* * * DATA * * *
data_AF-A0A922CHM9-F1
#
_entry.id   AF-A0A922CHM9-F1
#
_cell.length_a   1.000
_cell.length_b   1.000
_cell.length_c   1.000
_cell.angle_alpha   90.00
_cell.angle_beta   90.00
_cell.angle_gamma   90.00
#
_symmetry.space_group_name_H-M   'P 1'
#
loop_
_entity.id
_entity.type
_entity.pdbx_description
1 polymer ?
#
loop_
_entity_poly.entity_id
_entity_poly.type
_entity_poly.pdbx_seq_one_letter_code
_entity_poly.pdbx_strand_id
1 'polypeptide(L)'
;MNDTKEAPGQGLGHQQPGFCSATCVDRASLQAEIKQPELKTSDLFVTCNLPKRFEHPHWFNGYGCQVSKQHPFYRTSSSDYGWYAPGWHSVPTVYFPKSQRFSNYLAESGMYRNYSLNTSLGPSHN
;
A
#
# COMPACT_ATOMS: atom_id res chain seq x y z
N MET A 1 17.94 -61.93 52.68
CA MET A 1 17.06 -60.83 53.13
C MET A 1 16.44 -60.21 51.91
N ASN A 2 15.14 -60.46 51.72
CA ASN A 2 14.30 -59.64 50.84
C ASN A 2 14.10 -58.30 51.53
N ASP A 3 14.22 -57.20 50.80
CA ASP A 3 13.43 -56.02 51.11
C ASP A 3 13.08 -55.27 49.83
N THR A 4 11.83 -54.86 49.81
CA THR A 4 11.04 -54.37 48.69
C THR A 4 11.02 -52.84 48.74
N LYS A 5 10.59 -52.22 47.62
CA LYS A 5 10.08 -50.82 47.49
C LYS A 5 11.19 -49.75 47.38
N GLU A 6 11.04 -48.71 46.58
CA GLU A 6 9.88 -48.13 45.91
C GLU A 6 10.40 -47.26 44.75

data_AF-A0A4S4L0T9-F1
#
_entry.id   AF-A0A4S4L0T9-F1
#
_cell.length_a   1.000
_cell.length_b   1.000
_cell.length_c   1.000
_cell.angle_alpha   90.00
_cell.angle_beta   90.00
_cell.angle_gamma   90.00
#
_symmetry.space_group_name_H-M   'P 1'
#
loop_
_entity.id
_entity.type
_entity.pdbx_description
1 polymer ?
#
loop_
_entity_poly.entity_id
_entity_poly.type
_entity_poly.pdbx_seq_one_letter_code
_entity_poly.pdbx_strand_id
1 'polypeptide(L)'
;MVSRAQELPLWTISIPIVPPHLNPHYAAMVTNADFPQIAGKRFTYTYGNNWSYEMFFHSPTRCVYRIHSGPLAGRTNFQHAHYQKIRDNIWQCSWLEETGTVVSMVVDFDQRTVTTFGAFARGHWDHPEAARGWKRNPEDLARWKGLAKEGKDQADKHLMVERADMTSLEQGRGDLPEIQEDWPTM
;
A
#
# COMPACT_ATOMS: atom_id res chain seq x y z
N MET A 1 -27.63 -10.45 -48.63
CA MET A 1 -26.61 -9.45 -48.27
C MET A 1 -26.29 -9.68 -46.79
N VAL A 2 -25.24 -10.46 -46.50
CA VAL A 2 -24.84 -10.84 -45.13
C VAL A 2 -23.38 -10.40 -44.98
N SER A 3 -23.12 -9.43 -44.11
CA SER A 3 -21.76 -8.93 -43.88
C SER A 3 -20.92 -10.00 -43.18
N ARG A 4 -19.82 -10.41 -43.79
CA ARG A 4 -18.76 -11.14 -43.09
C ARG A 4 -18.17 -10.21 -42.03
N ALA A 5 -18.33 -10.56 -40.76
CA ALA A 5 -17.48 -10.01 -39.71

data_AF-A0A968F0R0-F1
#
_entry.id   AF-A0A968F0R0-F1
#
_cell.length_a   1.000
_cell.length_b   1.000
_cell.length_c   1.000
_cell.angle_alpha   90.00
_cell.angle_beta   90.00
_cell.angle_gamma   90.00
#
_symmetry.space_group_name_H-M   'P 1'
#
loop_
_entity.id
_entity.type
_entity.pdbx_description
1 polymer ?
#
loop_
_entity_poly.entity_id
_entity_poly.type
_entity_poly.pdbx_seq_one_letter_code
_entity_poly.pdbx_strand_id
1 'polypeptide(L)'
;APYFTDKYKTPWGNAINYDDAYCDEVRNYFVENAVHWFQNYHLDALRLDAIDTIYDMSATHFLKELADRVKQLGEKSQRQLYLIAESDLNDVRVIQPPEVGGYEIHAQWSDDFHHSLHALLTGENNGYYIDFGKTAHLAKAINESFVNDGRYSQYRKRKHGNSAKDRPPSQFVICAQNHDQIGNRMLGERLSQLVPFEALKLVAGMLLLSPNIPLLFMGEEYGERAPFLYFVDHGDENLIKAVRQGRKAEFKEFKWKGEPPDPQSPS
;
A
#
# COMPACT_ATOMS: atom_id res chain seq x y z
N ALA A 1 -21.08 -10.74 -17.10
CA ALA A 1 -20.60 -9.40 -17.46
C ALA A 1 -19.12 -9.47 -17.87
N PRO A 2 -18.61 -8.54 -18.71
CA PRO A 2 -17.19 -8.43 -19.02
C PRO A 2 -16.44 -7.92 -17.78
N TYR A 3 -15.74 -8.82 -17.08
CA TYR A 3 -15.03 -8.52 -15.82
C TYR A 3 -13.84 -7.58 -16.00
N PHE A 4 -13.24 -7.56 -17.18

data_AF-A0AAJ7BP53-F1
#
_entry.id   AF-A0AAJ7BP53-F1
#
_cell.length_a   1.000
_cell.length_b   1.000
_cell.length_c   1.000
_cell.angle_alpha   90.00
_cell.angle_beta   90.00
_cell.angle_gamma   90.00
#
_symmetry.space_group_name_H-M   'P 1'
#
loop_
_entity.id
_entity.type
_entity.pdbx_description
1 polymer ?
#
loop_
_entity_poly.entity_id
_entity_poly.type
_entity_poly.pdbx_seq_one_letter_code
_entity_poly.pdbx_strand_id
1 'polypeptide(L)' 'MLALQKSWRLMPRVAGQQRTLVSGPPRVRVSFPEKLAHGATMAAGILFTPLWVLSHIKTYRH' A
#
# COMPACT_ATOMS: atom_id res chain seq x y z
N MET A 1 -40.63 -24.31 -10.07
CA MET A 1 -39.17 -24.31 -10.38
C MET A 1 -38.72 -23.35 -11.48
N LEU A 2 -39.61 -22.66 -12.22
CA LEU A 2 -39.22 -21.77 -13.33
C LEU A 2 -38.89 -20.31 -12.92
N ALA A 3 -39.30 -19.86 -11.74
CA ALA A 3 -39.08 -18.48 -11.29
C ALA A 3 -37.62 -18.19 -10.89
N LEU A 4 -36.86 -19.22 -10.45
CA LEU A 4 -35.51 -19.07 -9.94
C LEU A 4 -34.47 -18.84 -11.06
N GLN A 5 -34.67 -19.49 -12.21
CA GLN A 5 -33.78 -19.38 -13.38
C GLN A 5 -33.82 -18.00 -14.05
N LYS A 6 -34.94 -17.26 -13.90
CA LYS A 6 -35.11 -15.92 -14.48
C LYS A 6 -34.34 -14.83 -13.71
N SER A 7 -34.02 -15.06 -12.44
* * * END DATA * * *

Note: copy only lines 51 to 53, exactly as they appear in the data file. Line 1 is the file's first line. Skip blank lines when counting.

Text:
_entry.id   AF-A0A4S4L0T9-F1
#
_cell.length_a   1.000